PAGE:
All you need to know about macro lenses

Macro zoom lens set at 62mm. You can see that the focus falls off quickly.

What is a really good but affordable macro lens for my camera to help me take clean, crisp macro pictures of flowers?

This is one of the questions I got back from a survey of your biggest digital photography questions.

There are three types of lenses you can use for close up photography:

  1. fixed focal length macro lens $$$
  2. macro zoom lens $$$
  3. close up filters $

You’ve probably noticed I’ve put price points on each of the options. With macro photography, you definitely get what you pay for.

Fixed focal length = Sharpest

A fixed focal length macro lens (Nikon calls them micro) is your sharpest option, but can be the most pricey. I’ve used the Nikon 105mm Micro lens quite a bit and I must say when you have a good piece of glass, it’s hard to go back to the macro zoom variety, but I’ve also used a macro zoom and I’m really happy with the results I get for flowers and garden things, but I can tolerate a bit of softness in those. Maybe you can’t.

If you’re mainly shooting flowers then having a longer lens is more practical than a wide angle (such as 35mm) macro. Reason: You can get a little farther away from the plants and you won’t block the light. However, when you use a longer focal length you get less depth of field than with a shorter lens, so you need to be mindful of that.

These macro lenses can be used for regular photography too, not just close up work. In fact, they make great portrait lenses, especially the 100mm.

Depending on your sensor size, these fixed focal length lenses could set you back from ~$400 to $1,300. There are a few others focal lengths and brand names than what’s listed here, so be sure to do your research.

  • Review of Canon 60mm EFS macro lens great for smaller size sensors (Canon Rebels, 50D, 60D)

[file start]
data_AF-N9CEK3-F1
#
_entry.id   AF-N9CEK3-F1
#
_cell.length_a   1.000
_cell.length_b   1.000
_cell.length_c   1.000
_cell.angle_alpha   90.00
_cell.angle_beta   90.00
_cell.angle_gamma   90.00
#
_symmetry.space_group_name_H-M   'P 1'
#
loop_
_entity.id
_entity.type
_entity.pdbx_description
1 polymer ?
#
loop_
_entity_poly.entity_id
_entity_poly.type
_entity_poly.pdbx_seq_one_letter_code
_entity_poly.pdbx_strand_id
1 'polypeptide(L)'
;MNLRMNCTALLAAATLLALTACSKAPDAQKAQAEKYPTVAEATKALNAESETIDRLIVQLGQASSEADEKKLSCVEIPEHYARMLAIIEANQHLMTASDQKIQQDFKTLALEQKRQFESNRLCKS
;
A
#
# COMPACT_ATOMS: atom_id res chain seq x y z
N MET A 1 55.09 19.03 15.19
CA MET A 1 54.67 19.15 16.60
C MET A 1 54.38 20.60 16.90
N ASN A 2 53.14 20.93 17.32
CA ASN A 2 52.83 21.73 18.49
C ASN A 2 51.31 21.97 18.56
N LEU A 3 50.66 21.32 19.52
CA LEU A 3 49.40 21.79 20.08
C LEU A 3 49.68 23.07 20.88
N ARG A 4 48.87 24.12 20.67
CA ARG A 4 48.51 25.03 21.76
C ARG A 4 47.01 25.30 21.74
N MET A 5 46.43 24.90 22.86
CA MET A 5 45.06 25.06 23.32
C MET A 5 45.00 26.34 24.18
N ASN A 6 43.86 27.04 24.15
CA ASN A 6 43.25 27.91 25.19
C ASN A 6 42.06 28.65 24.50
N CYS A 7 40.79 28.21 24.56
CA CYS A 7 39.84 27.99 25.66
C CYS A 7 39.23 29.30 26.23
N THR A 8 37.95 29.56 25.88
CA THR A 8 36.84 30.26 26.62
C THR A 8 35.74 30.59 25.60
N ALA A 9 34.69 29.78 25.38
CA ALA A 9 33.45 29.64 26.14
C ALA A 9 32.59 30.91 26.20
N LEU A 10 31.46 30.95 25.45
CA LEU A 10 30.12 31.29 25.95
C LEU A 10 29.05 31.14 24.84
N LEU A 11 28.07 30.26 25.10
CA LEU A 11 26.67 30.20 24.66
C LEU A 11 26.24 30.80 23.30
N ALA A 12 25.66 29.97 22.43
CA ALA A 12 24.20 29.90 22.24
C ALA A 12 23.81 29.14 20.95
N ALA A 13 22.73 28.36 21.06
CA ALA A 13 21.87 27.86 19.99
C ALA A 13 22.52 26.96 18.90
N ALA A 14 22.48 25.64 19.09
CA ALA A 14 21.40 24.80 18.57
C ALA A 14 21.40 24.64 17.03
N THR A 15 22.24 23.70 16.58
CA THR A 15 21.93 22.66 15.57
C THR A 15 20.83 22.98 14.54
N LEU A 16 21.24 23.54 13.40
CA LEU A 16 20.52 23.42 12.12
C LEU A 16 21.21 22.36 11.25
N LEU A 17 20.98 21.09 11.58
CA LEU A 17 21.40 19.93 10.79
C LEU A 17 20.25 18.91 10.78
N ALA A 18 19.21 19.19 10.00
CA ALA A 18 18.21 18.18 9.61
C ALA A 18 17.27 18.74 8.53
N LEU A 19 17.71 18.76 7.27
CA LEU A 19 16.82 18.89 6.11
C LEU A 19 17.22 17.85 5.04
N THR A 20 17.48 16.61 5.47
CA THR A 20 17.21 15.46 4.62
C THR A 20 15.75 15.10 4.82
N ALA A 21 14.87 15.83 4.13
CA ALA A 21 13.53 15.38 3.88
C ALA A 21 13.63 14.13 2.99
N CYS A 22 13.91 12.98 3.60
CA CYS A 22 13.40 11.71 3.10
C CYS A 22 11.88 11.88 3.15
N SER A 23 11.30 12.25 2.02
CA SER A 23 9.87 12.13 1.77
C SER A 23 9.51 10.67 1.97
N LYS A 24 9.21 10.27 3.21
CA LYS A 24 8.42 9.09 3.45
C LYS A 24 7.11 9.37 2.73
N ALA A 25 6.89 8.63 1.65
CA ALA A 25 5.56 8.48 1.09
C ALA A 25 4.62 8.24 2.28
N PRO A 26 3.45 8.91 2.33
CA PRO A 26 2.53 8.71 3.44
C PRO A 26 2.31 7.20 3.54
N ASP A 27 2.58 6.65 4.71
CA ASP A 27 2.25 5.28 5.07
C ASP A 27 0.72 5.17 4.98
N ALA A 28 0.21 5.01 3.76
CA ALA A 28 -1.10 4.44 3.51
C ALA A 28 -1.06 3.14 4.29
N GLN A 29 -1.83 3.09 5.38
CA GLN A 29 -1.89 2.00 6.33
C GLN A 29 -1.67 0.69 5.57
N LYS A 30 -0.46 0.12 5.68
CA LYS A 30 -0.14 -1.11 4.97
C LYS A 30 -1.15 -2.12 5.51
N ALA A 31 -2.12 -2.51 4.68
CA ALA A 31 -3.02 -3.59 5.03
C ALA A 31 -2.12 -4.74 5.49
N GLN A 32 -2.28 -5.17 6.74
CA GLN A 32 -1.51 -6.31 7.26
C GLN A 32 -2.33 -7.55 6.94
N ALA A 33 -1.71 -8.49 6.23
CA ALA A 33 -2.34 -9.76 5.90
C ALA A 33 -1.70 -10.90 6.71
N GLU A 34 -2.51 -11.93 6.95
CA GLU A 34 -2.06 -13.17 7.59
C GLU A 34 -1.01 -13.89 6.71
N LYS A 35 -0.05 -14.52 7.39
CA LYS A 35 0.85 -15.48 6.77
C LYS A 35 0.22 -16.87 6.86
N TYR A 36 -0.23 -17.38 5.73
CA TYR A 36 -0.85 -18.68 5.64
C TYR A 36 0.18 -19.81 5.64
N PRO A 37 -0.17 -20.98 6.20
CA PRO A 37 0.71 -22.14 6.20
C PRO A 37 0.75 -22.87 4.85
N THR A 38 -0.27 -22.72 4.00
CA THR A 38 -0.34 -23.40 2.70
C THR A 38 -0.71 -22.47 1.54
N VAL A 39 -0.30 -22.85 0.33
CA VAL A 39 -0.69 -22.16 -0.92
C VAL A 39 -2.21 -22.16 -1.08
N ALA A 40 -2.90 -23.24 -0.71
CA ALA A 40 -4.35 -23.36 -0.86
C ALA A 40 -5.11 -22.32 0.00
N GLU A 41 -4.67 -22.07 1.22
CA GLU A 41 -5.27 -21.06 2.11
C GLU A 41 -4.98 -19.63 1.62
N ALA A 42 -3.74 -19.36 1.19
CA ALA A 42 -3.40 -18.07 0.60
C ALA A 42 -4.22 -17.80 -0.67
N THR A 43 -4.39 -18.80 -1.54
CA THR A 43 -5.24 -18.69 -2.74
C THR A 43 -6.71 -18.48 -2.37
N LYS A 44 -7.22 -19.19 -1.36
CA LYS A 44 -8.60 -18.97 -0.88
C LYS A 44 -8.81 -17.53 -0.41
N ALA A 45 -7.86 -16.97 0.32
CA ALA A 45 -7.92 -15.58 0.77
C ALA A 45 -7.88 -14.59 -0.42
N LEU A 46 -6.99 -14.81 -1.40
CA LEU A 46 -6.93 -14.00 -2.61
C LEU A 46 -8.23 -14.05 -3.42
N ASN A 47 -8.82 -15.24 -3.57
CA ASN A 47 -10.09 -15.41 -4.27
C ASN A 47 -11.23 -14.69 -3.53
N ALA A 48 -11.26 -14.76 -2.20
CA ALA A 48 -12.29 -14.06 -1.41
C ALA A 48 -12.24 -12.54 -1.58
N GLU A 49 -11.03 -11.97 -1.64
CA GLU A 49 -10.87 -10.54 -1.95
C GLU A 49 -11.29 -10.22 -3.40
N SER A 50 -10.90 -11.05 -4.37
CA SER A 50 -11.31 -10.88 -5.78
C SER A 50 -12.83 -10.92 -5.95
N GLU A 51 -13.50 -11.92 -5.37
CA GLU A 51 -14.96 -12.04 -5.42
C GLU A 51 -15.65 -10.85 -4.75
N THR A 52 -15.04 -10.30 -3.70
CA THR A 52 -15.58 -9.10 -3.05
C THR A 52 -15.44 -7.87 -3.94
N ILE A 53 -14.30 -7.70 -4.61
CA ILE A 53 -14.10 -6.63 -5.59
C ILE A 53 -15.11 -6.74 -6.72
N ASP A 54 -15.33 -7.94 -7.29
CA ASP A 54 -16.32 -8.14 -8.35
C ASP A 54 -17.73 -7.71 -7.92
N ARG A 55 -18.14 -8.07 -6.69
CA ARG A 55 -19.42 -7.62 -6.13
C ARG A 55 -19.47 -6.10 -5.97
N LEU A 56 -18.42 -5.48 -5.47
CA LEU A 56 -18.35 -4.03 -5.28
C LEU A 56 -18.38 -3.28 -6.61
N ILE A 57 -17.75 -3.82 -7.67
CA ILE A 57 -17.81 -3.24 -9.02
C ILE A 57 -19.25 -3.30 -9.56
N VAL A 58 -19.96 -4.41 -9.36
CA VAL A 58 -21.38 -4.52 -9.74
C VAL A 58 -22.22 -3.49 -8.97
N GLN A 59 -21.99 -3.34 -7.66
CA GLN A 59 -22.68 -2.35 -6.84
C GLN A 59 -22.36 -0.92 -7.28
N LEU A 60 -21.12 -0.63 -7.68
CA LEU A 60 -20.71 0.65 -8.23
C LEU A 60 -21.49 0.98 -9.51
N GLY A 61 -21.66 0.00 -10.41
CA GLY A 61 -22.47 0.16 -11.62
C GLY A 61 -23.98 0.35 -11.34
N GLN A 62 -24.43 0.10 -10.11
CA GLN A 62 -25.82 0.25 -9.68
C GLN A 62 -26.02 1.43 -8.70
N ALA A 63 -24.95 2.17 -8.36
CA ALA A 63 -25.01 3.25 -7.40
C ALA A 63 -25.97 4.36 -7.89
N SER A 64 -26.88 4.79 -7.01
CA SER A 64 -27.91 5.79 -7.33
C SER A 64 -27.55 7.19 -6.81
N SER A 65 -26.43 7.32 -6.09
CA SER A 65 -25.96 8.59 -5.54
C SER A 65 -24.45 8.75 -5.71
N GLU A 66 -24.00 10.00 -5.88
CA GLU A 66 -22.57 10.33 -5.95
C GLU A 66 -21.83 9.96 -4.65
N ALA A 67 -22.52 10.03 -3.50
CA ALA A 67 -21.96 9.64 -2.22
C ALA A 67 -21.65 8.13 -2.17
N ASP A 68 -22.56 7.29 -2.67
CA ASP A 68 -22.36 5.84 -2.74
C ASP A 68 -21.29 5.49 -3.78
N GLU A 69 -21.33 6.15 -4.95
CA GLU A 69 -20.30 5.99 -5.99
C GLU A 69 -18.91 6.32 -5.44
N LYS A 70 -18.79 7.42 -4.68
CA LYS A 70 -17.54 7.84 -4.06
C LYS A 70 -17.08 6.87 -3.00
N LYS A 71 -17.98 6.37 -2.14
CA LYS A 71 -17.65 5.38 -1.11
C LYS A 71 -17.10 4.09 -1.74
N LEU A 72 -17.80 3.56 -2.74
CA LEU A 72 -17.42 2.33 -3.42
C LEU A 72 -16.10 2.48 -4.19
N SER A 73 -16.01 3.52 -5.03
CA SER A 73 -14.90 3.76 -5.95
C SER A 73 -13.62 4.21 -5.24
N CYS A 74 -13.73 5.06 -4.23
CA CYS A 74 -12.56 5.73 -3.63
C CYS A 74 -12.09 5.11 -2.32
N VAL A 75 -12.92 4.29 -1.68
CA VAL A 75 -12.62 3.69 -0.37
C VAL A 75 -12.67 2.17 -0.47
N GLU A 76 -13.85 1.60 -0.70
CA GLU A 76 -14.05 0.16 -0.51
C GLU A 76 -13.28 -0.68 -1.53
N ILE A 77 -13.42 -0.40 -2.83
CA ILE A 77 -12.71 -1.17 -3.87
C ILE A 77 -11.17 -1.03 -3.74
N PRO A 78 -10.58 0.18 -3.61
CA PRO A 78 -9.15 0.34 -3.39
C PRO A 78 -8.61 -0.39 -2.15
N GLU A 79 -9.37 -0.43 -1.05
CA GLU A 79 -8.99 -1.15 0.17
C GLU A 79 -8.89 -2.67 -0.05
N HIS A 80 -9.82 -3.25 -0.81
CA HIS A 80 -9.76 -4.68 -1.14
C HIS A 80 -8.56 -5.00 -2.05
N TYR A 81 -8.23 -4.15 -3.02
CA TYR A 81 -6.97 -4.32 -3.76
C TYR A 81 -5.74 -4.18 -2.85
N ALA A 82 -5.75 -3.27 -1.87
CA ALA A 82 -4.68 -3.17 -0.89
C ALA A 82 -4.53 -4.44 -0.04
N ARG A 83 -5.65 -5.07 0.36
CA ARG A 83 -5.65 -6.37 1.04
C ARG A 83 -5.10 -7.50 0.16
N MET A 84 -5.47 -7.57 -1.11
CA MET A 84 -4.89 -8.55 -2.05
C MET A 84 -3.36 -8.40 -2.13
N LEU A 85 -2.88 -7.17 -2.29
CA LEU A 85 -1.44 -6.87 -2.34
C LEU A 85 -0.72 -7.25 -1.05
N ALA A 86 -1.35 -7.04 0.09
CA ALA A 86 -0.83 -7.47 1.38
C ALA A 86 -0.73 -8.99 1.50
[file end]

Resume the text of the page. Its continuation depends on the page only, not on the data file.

• Review of Canon 100mm EF macro lens great for full frame sensors
  • Review of Nikon 60mm Micro lens great for smaller size sensors (Nikon D7000, D90)
  • Review of Nikon 105mm Micro lens great for full frame sensors

On a scene where things are on the same plane, it’s easier to keep everything in focus. Focal length 70mm.

Macro zoom = Most convenient

Many zoom lenses have the macro option built in. This makes for one less lens in your camera bag. The convenience of having a zoom lens, and the price, may outweigh your need for the more expensive fixed focal length macro lens.

However in my experience, the focus falls off rather quickly using macro zoom lenses. If you like the look of soft edged, shallow depth of field flower photos, then you probably don’t mind. But as the question states: what’s the best lens for crisp images, then this might not be satisfactory. On the other hand if you’re moving from a consumer grade standard dSLR kit lens, then the macro zoom might look fantastic to you.

Close up filters = Cheap and soft at the edges

Thirty plus years ago, I bought a set of three close up screw on filters for about $40. Just like reading glasses, they come in +1, +2 and +4 strengths. They can also be stacked so you get a 1+2 = +3 magnification. On my babysitting earnings budget, they were all I could afford. I was using them to make copies of old family photos at the time. They are definitely not sharp to the edges, they are really hard to focus, and they almost take on a Holga-ish effect! If you like that sort of thing, then this will work for you. Anyhow, I ditched them soon after.


If you can afford it, get the fixed focal length macro lens. You won’t be disappointed. Do the research first though. I always recommend testing out any lens that I’m considering buying. Here’s how:

  • Look up a few lenses you are considering
  • Read reviews on them in camera magazine or websites
  • Take your camera to your favourite photography retailer and take some photos in the store, or outside (you may have to take the salesperson with you)
  • Better yet, rent a lens for the weekend and really test it thoroughly
  • Compare it to the usual lens you use
  • Look at the photos on your computer at 100%, or use a good loupe and light table if you’re shooting film
  • Weigh quality, with your budget and your needs

While camera bodies continually drop in price and rise in features, having a good lens collection will keep it’s value. It’s worth the investment!

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